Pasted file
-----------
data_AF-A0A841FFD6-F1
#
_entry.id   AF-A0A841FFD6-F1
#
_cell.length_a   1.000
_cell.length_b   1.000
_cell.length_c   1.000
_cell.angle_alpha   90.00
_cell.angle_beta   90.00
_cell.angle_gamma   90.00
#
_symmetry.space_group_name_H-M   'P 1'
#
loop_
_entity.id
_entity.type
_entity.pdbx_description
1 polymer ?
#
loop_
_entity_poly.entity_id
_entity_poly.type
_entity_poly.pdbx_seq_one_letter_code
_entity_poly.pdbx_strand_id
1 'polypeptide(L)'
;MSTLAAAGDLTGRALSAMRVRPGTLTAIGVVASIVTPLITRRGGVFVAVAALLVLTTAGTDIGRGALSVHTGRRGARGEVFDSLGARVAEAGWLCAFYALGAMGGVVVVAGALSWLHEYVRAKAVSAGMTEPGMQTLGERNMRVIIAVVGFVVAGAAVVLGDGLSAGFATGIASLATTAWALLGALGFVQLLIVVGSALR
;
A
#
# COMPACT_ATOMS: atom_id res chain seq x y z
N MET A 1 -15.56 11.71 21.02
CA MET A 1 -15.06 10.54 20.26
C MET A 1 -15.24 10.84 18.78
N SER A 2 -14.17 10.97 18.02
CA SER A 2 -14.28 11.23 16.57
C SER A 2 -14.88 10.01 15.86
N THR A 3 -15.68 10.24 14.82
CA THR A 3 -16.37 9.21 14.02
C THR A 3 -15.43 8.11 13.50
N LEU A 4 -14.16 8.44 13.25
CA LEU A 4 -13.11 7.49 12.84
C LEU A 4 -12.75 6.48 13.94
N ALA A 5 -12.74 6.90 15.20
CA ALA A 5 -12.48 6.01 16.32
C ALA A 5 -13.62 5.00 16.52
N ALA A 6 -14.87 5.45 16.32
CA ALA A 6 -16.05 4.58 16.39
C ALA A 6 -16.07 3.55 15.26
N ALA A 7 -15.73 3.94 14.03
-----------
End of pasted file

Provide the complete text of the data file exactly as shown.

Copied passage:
data_AF-A0A841FFD6-F1
#
_entry.id   AF-A0A841FFD6-F1
#
_cell.length_a   1.000
_cell.length_b   1.000
_cell.length_c   1.000
_cell.angle_alpha   90.00
_cell.angle_beta   90.00
_cell.angle_gamma   90.00
#
_symmetry.space_group_name_H-M   'P 1'
#
loop_
_entity.id
_entity.type
_entity.pdbx_description
1 polymer ?
#
loop_
_entity_poly.entity_id
_entity_poly.type
_entity_poly.pdbx_seq_one_letter_code
_entity_poly.pdbx_strand_id
1 'polypeptide(L)'
;MSTLAAAGDLTGRALSAMRVRPGTLTAIGVVASIVTPLITRRGGVFVAVAALLVLTTAGTDIGRGALSVHTGRRGARGEVFDSLGARVAEAGWLCAFYALGAMGGVVVVAGALSWLHEYVRAKAVSAGMTEPGMQTLGERNMRVIIAVVGFVVAGAAVVLGDGLSAGFATGIASLATTAWALLGALGFVQLLIVVGSALR
;
A
#
# COMPACT_ATOMS: atom_id res chain seq x y z
N MET A 1 -15.56 11.71 21.02
CA MET A 1 -15.06 10.54 20.26
C MET A 1 -15.24 10.84 18.78
N SER A 2 -14.17 10.97 18.02
CA SER A 2 -14.28 11.23 16.57
C SER A 2 -14.88 10.01 15.86
N THR A 3 -15.68 10.24 14.82
CA THR A 3 -16.37 9.21 14.02
C THR A 3 -15.43 8.11 13.50
N LEU A 4 -14.16 8.44 13.25
CA LEU A 4 -13.11 7.49 12.84
C LEU A 4 -12.75 6.48 13.94
N ALA A 5 -12.74 6.90 15.20
CA ALA A 5 -12.48 6.01 16.32
C ALA A 5 -13.62 5.00 16.52
N ALA A 6 -14.87 5.45 16.32
CA ALA A 6 -16.05 4.58 16.39
C ALA A 6 -16.07 3.55 15.26
N ALA A 7 -15.73 3.94 14.03